Agenda item

Assessment of the Impact of Voter ID on Plymouth residents and elections team


Giles Perritt (Assistant Chief Executive) introduced the report and highlighted the following points:


a)    The report was a result of a recommendation from the meeting of City Council in March 2023;

b)    Due to Plymouth’s size, analysis had been limited, so information from the Electoral Commission and the All Party Parliament Group had also been included;

c)    Initially 176 people were not able to obtain a ballot paper on request, but subsequently around half then returned with appropriate forms of ID and issued a ballot paper, so 86 people were not able to vote because they weren’t able to provide appropriate ID;

d)    Although 86 was less than 0.2% of the electorate, it was still 86 people who were not able to vote as a result of the requirement of ID;

e)    The Electoral Commission had stated that some people who did not normally vote had cited perceived difficulties relating to the requirement of Voter ID as the reason they did not vote;

f)     Some people only voted in general elections, turnouts had always been significantly higher compared to that of local elections, and so it was expected that some people would not be fully aware of Voter ID requirements at a general election in the future;

g)    The report included a summary of the activity the council undertook in terms of advertising the need for Voter ID for the local elections in May 2023, along with a huge effort to raise awareness from local political groups;

h)    A considerable amount of time was spent on training polling station staff to enable them to deal with an issues that arose;

i)     The recommendations within the report had been drawn together from the findings in Plymouth as well as from the reports from the Electoral Commission and the All Party Parliament Group;

j)      Staff training and communications to the public would be continued.


Supported by Glenda Favor-Ankersen (Head of Electoral Services), in response to questions it was further explained:


k)    The second tranche of the Elections Act was to include a requirement for Voter ID if you wanted to vote via post;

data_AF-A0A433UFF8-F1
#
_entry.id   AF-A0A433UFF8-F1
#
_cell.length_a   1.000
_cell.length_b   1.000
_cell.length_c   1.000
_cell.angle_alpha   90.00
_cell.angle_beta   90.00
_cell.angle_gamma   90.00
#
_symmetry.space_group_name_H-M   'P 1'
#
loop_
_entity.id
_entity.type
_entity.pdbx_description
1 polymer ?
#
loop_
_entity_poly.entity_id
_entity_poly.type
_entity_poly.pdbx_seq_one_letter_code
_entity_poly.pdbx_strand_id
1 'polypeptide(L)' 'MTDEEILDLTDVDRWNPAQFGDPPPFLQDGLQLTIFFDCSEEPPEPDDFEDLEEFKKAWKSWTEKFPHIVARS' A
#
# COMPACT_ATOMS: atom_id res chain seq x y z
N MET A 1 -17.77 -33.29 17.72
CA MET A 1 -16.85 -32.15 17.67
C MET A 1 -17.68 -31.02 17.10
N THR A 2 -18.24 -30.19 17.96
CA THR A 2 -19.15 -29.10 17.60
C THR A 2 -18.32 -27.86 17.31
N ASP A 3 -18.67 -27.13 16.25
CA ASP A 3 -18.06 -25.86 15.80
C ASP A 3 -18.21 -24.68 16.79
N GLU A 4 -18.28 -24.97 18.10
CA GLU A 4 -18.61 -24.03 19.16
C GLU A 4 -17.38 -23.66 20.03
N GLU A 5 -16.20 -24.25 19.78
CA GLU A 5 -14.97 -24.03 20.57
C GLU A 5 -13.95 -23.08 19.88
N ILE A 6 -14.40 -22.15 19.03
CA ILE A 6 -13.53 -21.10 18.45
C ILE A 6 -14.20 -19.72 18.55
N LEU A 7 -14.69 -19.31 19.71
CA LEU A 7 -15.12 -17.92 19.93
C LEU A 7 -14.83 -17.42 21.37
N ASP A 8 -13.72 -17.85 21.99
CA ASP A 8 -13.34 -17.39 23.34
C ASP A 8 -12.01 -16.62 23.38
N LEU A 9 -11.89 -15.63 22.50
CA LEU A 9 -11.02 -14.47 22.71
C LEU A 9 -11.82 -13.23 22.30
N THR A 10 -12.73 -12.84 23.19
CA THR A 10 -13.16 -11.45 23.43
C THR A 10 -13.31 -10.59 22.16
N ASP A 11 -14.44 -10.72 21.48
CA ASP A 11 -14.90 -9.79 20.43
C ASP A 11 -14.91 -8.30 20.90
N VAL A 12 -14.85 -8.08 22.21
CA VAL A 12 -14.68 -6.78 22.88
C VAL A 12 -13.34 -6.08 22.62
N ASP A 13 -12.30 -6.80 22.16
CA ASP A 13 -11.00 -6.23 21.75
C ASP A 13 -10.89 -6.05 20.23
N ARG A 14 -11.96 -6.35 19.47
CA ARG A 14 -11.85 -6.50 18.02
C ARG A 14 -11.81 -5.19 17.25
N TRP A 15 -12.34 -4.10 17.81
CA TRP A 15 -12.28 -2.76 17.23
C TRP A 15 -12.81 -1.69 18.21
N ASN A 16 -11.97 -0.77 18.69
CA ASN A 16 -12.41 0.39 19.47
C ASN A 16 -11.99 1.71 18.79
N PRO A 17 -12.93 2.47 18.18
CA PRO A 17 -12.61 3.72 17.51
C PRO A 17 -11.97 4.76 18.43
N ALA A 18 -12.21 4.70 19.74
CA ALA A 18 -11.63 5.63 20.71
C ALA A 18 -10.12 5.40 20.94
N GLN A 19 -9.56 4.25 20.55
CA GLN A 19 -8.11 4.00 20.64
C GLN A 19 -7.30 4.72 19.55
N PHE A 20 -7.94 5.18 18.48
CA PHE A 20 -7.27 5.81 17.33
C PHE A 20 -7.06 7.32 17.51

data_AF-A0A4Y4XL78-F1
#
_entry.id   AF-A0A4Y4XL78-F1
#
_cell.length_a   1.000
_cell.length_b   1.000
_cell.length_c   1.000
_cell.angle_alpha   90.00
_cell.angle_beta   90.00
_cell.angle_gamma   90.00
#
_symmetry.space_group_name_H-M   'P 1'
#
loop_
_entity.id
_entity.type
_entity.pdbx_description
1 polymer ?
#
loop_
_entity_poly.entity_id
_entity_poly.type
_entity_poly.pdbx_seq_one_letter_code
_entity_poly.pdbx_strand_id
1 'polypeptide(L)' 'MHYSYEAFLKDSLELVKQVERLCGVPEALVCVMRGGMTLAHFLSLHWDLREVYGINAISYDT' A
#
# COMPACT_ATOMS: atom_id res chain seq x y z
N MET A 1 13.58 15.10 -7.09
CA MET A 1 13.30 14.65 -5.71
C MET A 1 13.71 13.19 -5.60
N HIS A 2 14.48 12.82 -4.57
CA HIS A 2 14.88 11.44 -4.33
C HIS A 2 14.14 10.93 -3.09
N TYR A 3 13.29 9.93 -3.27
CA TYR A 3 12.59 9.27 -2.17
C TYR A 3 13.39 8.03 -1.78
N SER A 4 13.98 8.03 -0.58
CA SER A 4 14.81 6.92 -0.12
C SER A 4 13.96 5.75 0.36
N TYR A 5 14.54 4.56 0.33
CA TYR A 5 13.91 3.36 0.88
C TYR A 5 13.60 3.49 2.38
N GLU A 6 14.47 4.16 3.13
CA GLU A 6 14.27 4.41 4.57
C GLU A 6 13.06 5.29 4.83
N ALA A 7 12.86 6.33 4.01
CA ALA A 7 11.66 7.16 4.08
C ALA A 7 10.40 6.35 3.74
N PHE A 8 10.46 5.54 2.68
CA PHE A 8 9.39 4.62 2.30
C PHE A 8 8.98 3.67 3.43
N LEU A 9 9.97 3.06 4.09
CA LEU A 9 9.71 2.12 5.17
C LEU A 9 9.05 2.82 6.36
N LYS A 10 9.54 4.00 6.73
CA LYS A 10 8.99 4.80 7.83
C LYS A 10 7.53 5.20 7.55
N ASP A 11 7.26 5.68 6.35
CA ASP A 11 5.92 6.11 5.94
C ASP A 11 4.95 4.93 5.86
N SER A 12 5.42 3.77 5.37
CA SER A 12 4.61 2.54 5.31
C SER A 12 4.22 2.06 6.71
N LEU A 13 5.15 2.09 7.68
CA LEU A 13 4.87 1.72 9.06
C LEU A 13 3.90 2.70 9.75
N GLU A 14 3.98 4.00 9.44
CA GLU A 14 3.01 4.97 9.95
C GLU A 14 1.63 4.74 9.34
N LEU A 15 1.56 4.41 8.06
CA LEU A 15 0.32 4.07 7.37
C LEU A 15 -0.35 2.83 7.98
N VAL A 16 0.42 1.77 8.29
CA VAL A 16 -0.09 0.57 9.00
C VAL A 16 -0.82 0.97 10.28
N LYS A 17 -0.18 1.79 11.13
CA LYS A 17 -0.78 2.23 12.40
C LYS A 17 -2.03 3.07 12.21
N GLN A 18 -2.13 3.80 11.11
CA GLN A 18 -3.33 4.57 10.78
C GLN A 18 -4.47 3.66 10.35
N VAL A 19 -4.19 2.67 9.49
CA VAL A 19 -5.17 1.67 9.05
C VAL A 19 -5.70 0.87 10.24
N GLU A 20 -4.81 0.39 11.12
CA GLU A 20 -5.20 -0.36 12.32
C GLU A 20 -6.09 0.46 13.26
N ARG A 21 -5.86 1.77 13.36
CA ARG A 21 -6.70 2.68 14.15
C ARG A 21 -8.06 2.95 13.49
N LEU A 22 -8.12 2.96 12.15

l)     Offering those who were not able to vote as they had no ID would be hard as it could lead to confusion or further frustration, as they would still not be able to vote in the election they had attended a polling station to vote in, but it could be done;

m)  The elections team were very grateful to the politicians, canvassers and stakeholders who had worked with them to raise awareness around the requirement for Voter ID;

n)    Posters were placed at polling stations in the lead up to the election, and on election day, relating to Voter ID requirements, as well as information going out with Council Tax bills, three emails going out to those who had an email address registered with the elections team (67% of the electorate) as well locally paid for radio station adverts;

o)    No tender ballot papers had been issued at the last election;

p)    The rejection rate of postal votes was very low in comparison to the rest of the country at 1-1.2%, and most rejections were due to people either leaving the date of birth blank, or putting the date they completed in the box, rather than their date of birth;

q)    Declarations were going to be brought in for 2024 for anyone delivering a postal vote to a polling station on election day, as well as a limit of how many could be handed in;

r)    Face to face training was done with polling clerks and presiding officers to ensure they were all following the same instructions, and this training included scenarios relating to Voter ID requirements;

s)     If a facial likeness was questioned, there were three levels of people it would go through for a decision;

t)     The Government were expected to release statistics on the number of people who were refused a ballot paper as their Voter ID did not have a photo with a likeness;

u)    A report on the statistics showing the number of people refused a ballot because they had no ID, compared to those who were refused a ballot paper because they brought an invalid type of photo ID would be to provided to the Committee.


The Committee agreed to:


1.    Note the briefing and reports at Appendix B (All Party Parliamentary Group on Democracy and the Constitution: ‘Voter ID - What went wrong and how to fix it’) and Appendix C (Electoral Commission report on the May 2023 local elections in England);

2.    Endorse the findings and recommendations of the Electoral Commission and the All Party Parliamentary Group (APPG):

·         Recognise that the current system of Voter ID has the potential to reduce the number of eligible voters who are able to vote at the next General Election;

·         Review the current list to broaden the range of accepted ID documents and identify any additional documents that could be included;

·         Focus on forms of ID that would support people who are least likely to have documents on the current list, including ethnic minority communities, disabled people and those who are unemployed;

·         Ensure that changes to the list of accepted forms of ID should be confirmed in legislation in time for details to be included in public awareness materials and activities, and in guidance for polling station staff ahead of polling day;

·         Ensure appropriate training for polling station officers to maximise the opportunity for those that are eligible to exercise their vote;

3.    Postal vote information being offered to anyone who attended a polling station, who was not able to vote due to not having a valid form of Voter ID.


The meeting was adjourned for 10 minutes for a short break at the end of this item.

Supporting documents: